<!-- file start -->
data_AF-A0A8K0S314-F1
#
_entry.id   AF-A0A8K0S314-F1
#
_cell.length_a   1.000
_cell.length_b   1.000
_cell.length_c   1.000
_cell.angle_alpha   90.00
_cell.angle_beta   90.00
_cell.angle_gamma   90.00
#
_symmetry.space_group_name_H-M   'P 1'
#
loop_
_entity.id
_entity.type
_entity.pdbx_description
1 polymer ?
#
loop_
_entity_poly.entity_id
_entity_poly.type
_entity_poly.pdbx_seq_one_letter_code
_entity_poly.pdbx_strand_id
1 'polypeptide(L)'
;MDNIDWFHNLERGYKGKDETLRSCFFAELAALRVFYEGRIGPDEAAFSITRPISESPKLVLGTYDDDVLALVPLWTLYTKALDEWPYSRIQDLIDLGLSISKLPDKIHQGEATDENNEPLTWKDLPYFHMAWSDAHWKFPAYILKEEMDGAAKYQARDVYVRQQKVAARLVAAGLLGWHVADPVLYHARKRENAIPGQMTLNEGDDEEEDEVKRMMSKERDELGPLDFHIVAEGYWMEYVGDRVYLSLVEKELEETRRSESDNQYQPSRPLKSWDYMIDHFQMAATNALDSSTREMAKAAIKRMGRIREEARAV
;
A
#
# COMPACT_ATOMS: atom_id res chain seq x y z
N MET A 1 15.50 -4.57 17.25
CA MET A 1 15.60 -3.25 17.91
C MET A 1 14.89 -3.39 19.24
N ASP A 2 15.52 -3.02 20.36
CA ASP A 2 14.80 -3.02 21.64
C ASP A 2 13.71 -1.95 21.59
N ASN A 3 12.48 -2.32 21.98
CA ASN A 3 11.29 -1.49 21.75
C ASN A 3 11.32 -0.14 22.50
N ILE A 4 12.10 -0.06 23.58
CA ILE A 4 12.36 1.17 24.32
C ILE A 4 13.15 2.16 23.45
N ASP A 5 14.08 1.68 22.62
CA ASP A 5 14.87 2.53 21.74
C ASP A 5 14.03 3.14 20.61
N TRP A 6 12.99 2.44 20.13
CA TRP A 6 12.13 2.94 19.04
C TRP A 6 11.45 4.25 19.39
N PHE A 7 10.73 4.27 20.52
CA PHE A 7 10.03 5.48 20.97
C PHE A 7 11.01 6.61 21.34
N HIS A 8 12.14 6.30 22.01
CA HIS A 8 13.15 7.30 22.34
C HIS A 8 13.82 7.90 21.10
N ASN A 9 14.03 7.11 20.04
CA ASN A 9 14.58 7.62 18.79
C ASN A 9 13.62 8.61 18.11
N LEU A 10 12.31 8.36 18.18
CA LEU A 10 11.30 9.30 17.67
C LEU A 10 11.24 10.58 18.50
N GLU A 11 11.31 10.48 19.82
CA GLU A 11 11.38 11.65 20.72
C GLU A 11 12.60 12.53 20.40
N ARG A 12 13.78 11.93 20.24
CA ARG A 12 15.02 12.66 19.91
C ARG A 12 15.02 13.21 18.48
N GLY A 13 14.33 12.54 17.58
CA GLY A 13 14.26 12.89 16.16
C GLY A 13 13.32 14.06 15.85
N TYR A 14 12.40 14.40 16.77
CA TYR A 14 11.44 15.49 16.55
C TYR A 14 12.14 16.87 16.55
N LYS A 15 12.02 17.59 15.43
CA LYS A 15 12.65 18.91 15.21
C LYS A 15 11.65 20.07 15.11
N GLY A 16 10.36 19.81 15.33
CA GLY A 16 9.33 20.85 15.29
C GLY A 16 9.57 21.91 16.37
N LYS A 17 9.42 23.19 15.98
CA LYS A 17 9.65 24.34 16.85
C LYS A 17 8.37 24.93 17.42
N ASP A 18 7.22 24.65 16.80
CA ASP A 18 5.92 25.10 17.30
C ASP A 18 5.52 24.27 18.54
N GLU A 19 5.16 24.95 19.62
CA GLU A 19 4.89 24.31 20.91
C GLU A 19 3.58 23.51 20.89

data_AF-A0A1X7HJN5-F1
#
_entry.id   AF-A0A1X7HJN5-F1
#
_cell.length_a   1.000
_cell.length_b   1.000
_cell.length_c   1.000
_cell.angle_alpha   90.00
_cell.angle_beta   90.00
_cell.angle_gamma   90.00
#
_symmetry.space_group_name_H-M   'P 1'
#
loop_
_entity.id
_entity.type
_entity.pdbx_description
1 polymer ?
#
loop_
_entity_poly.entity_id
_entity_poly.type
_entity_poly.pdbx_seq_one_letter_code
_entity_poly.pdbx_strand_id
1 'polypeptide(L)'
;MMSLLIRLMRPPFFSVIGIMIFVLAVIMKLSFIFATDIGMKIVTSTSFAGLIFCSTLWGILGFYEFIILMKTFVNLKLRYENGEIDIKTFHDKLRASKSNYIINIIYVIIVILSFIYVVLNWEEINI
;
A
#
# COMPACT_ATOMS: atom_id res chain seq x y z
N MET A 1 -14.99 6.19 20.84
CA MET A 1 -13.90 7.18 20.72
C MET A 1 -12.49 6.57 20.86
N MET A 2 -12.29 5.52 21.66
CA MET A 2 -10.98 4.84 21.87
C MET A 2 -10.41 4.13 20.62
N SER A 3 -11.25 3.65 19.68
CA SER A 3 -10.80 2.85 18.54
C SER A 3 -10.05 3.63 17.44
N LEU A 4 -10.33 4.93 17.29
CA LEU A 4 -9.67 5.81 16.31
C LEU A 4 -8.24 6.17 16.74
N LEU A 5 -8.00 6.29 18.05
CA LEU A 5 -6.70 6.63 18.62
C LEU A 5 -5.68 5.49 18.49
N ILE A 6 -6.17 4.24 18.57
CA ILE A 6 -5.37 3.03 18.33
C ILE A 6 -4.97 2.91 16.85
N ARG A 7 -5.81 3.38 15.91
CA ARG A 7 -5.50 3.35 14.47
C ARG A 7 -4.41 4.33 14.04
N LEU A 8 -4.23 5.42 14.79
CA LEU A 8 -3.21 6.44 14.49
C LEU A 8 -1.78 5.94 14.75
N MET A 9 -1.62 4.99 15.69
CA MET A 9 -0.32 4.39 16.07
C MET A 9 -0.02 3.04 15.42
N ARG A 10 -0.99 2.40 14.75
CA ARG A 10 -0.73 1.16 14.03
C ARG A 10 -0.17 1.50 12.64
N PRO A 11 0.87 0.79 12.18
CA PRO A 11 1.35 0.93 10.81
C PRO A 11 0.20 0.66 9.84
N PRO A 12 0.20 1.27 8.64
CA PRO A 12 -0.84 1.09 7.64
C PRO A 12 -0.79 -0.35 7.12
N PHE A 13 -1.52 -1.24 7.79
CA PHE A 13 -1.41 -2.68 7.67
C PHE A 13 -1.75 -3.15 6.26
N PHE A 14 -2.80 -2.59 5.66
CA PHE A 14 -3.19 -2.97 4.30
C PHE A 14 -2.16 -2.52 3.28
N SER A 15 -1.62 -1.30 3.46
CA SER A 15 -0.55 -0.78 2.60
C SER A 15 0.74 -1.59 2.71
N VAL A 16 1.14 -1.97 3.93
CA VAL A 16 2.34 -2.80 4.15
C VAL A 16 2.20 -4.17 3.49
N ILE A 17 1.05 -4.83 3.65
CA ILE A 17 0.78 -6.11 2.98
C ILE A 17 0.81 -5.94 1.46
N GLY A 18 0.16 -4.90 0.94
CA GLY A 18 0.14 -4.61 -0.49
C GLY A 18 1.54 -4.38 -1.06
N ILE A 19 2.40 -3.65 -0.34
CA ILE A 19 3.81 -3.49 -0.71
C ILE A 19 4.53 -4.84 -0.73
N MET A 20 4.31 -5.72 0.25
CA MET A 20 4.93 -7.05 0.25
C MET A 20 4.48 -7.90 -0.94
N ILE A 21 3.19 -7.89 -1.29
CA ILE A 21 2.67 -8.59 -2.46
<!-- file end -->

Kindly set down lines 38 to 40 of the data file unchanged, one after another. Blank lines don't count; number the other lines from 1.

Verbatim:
CA ASN A 3 11.29 -1.49 21.75
C ASN A 3 11.32 -0.14 22.50
N ILE A 4 12.10 -0.06 23.58